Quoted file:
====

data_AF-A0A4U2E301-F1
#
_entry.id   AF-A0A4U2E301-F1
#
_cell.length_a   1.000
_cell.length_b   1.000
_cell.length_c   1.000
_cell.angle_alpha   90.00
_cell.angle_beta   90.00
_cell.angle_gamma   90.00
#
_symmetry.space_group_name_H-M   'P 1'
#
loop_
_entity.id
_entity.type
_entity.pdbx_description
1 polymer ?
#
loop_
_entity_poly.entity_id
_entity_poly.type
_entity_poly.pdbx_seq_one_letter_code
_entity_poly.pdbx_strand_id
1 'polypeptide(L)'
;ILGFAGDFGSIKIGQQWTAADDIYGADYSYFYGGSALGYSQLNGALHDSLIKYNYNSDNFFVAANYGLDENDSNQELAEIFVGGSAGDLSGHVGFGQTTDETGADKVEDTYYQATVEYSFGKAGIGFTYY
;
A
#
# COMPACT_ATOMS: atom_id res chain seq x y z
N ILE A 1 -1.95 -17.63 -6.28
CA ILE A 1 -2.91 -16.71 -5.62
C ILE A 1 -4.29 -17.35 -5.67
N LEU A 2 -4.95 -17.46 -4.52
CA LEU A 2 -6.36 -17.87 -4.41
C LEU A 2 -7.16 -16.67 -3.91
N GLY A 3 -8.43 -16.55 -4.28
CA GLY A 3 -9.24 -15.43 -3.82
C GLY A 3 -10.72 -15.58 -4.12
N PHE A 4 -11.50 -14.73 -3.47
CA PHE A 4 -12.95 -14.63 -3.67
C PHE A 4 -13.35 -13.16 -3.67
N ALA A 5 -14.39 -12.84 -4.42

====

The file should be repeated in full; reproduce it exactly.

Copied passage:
data_AF-A0A4U2E301-F1
#
_entry.id   AF-A0A4U2E301-F1
#
_cell.length_a   1.000
_cell.length_b   1.000
_cell.length_c   1.000
_cell.angle_alpha   90.00
_cell.angle_beta   90.00
_cell.angle_gamma   90.00
#
_symmetry.space_group_name_H-M   'P 1'
#
loop_
_entity.id
_entity.type
_entity.pdbx_description
1 polymer ?
#
loop_
_entity_poly.entity_id
_entity_poly.type
_entity_poly.pdbx_seq_one_letter_code
_entity_poly.pdbx_strand_id
1 'polypeptide(L)'
;ILGFAGDFGSIKIGQQWTAADDIYGADYSYFYGGSALGYSQLNGALHDSLIKYNYNSDNFFVAANYGLDENDSNQELAEIFVGGSAGDLSGHVGFGQTTDETGADKVEDTYYQATVEYSFGKAGIGFTYY
;
A
#
# COMPACT_ATOMS: atom_id res chain seq x y z
N ILE A 1 -1.95 -17.63 -6.28
CA ILE A 1 -2.91 -16.71 -5.62
C ILE A 1 -4.29 -17.35 -5.67
N LEU A 2 -4.95 -17.46 -4.52
CA LEU A 2 -6.36 -17.87 -4.41
C LEU A 2 -7.16 -16.67 -3.91
N GLY A 3 -8.43 -16.55 -4.28
CA GLY A 3 -9.24 -15.43 -3.82
C GLY A 3 -10.72 -15.58 -4.12
N PHE A 4 -11.50 -14.73 -3.47
CA PHE A 4 -12.95 -14.63 -3.67
C PHE A 4 -13.35 -13.16 -3.67
N ALA A 5 -14.39 -12.84 -4.42